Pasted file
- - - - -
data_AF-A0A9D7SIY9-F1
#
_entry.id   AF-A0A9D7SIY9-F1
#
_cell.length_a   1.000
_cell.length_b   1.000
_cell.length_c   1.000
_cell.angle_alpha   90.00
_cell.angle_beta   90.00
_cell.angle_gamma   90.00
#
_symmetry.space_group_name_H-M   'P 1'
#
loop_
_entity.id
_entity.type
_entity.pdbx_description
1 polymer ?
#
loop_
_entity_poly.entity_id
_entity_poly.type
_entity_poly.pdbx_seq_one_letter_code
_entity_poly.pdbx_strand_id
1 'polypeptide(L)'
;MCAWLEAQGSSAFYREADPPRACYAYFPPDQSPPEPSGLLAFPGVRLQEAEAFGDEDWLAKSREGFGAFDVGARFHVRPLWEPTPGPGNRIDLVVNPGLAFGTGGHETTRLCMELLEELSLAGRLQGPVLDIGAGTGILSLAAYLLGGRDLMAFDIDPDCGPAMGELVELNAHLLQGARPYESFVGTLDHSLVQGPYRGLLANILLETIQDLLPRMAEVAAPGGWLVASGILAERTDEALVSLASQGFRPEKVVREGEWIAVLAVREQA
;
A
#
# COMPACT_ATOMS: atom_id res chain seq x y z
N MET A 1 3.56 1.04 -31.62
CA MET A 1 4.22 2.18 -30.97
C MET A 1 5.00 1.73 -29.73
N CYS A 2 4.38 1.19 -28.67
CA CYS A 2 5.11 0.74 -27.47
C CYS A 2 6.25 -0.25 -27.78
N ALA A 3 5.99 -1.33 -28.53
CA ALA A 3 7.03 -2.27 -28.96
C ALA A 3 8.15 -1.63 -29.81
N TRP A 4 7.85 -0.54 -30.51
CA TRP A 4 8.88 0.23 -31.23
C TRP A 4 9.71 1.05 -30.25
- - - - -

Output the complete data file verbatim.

data_AF-A0A9D7SIY9-F1
#
_entry.id   AF-A0A9D7SIY9-F1
#
_cell.length_a   1.000
_cell.length_b   1.000
_cell.length_c   1.000
_cell.angle_alpha   90.00
_cell.angle_beta   90.00
_cell.angle_gamma   90.00
#
_symmetry.space_group_name_H-M   'P 1'
#
loop_
_entity.id
_entity.type
_entity.pdbx_description
1 polymer ?
#
loop_
_entity_poly.entity_id
_entity_poly.type
_entity_poly.pdbx_seq_one_letter_code
_entity_poly.pdbx_strand_id
1 'polypeptide(L)'
;MCAWLEAQGSSAFYREADPPRACYAYFPPDQSPPEPSGLLAFPGVRLQEAEAFGDEDWLAKSREGFGAFDVGARFHVRPLWEPTPGPGNRIDLVVNPGLAFGTGGHETTRLCMELLEELSLAGRLQGPVLDIGAGTGILSLAAYLLGGRDLMAFDIDPDCGPAMGELVELNAHLLQGARPYESFVGTLDHSLVQGPYRGLLANILLETIQDLLPRMAEVAAPGGWLVASGILAERTDEALVSLASQGFRPEKVVREGEWIAVLAVREQA
;
A
#
# COMPACT_ATOMS: atom_id res chain seq x y z
N MET A 1 3.56 1.04 -31.62
CA MET A 1 4.22 2.18 -30.97
C MET A 1 5.00 1.73 -29.73
N CYS A 2 4.38 1.19 -28.67
CA CYS A 2 5.11 0.74 -27.47
C CYS A 2 6.25 -0.25 -27.78
N ALA A 3 5.99 -1.33 -28.53
CA ALA A 3 7.03 -2.27 -28.96
C ALA A 3 8.15 -1.63 -29.81
N TRP A 4 7.85 -0.54 -30.51
CA TRP A 4 8.88 0.23 -31.23
C TRP A 4 9.71 1.05 -30.25